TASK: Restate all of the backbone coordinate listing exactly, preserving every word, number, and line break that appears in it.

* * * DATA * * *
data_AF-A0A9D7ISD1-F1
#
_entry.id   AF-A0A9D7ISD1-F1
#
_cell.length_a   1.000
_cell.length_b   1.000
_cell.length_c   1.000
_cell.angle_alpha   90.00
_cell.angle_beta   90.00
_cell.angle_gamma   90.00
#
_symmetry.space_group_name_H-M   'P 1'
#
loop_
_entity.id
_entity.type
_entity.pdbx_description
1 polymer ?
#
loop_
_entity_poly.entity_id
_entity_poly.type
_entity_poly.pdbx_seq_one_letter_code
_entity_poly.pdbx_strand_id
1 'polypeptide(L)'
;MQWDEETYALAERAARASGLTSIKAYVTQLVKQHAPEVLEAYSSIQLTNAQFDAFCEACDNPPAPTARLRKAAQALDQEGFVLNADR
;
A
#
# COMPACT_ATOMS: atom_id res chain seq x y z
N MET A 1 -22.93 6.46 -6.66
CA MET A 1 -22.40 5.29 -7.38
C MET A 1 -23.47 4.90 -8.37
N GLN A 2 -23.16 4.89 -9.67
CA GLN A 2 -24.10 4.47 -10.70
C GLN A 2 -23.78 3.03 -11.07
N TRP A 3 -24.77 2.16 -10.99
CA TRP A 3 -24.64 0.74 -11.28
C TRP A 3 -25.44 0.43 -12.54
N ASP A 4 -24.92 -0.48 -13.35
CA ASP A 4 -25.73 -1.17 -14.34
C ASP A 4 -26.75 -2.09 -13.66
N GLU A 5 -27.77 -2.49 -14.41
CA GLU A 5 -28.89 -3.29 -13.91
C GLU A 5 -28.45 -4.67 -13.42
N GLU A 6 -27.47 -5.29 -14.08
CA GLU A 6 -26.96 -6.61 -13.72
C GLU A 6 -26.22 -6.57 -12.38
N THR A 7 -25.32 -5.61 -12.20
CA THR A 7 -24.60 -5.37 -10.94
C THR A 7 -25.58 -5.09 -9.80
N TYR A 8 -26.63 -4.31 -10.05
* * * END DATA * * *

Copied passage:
data_AF-A0A9D7ISD1-F1
#
_entry.id   AF-A0A9D7ISD1-F1
#
_cell.length_a   1.000
_cell.length_b   1.000
_cell.length_c   1.000
_cell.angle_alpha   90.00
_cell.angle_beta   90.00
_cell.angle_gamma   90.00
#
_symmetry.space_group_name_H-M   'P 1'
#
loop_
_entity.id
_entity.type
_entity.pdbx_description
1 polymer ?
#
loop_
_entity_poly.entity_id
_entity_poly.type
_entity_poly.pdbx_seq_one_letter_code
_entity_poly.pdbx_strand_id
1 'polypeptide(L)'
;MQWDEETYALAERAARASGLTSIKAYVTQLVKQHAPEVLEAYSSIQLTNAQFDAFCEACDNPPAPTARLRKAAQALDQEGFVLNADR
;
A
#
# COMPACT_ATOMS: atom_id res chain seq x y z
N MET A 1 -22.93 6.46 -6.66
CA MET A 1 -22.40 5.29 -7.38
C MET A 1 -23.47 4.90 -8.37
N GLN A 2 -23.16 4.89 -9.67
CA GLN A 2 -24.10 4.47 -10.70
C GLN A 2 -23.78 3.03 -11.07
N TRP A 3 -24.77 2.16 -10.99
CA TRP A 3 -24.64 0.74 -11.28
C TRP A 3 -25.44 0.43 -12.54
N ASP A 4 -24.92 -0.48 -13.35
CA ASP A 4 -25.73 -1.17 -14.34
C ASP A 4 -26.75 -2.09 -13.66
N GLU A 5 -27.77 -2.49 -14.41
CA GLU A 5 -28.89 -3.29 -13.91
C GLU A 5 -28.45 -4.67 -13.42
N GLU A 6 -27.47 -5.29 -14.08
CA GLU A 6 -26.96 -6.61 -13.72
C GLU A 6 -26.22 -6.57 -12.38
N THR A 7 -25.32 -5.61 -12.20
CA THR A 7 -24.60 -5.37 -10.94
C THR A 7 -25.58 -5.09 -9.80
N TYR A 8 -26.63 -4.31 -10.05